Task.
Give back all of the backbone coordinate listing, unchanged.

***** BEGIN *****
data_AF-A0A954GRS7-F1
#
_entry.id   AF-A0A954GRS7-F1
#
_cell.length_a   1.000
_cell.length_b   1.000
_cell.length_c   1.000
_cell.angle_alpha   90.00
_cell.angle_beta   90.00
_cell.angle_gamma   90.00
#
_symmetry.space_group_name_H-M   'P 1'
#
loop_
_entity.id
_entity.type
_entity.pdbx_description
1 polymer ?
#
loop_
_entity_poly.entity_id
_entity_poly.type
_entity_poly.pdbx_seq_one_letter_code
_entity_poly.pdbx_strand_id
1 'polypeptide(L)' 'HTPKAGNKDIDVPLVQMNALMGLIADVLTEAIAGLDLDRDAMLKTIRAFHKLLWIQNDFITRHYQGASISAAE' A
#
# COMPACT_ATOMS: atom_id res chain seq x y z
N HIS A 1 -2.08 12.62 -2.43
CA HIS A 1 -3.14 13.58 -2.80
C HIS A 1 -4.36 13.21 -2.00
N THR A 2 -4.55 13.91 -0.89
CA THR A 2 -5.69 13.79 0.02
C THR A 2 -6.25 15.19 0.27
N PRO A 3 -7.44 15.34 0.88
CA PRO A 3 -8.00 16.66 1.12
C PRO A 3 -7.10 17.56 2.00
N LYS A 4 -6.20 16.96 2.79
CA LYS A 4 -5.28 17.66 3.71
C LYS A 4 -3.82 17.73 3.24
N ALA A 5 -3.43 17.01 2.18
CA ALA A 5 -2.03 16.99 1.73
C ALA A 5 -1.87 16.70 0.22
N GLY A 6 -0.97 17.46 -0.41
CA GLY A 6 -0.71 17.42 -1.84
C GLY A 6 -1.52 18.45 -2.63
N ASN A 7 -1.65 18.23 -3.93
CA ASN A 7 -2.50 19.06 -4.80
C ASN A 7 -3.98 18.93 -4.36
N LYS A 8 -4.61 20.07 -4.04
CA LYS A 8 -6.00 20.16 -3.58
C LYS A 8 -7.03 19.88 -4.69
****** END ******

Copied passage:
data_AF-A0A954GRS7-F1
#
_entry.id   AF-A0A954GRS7-F1
#
_cell.length_a   1.000
_cell.length_b   1.000
_cell.length_c   1.000
_cell.angle_alpha   90.00
_cell.angle_beta   90.00
_cell.angle_gamma   90.00
#
_symmetry.space_group_name_H-M   'P 1'
#
loop_
_entity.id
_entity.type
_entity.pdbx_description
1 polymer ?
#
loop_
_entity_poly.entity_id
_entity_poly.type
_entity_poly.pdbx_seq_one_letter_code
_entity_poly.pdbx_strand_id
1 'polypeptide(L)' 'HTPKAGNKDIDVPLVQMNALMGLIADVLTEAIAGLDLDRDAMLKTIRAFHKLLWIQNDFITRHYQGASISAAE' A
#
# COMPACT_ATOMS: atom_id res chain seq x y z
N HIS A 1 -2.08 12.62 -2.43
CA HIS A 1 -3.14 13.58 -2.80
C HIS A 1 -4.36 13.21 -2.00
N THR A 2 -4.55 13.91 -0.89
CA THR A 2 -5.69 13.79 0.02
C THR A 2 -6.25 15.19 0.27
N PRO A 3 -7.44 15.34 0.88
CA PRO A 3 -8.00 16.66 1.12
C PRO A 3 -7.10 17.56 2.00
N LYS A 4 -6.20 16.96 2.79
CA LYS A 4 -5.28 17.66 3.71
C LYS A 4 -3.82 17.73 3.24
N ALA A 5 -3.43 17.01 2.18
CA ALA A 5 -2.03 16.99 1.73
C ALA A 5 -1.87 16.70 0.22
N GLY A 6 -0.97 17.46 -0.41
CA GLY A 6 -0.71 17.42 -1.84
C GLY A 6 -1.52 18.45 -2.63
N ASN A 7 -1.65 18.23 -3.93
CA ASN A 7 -2.50 19.06 -4.80
C ASN A 7 -3.98 18.93 -4.36
N LYS A 8 -4.61 20.07 -4.04
CA LYS A 8 -6.00 20.16 -3.58
C LYS A 8 -7.03 19.88 -4.69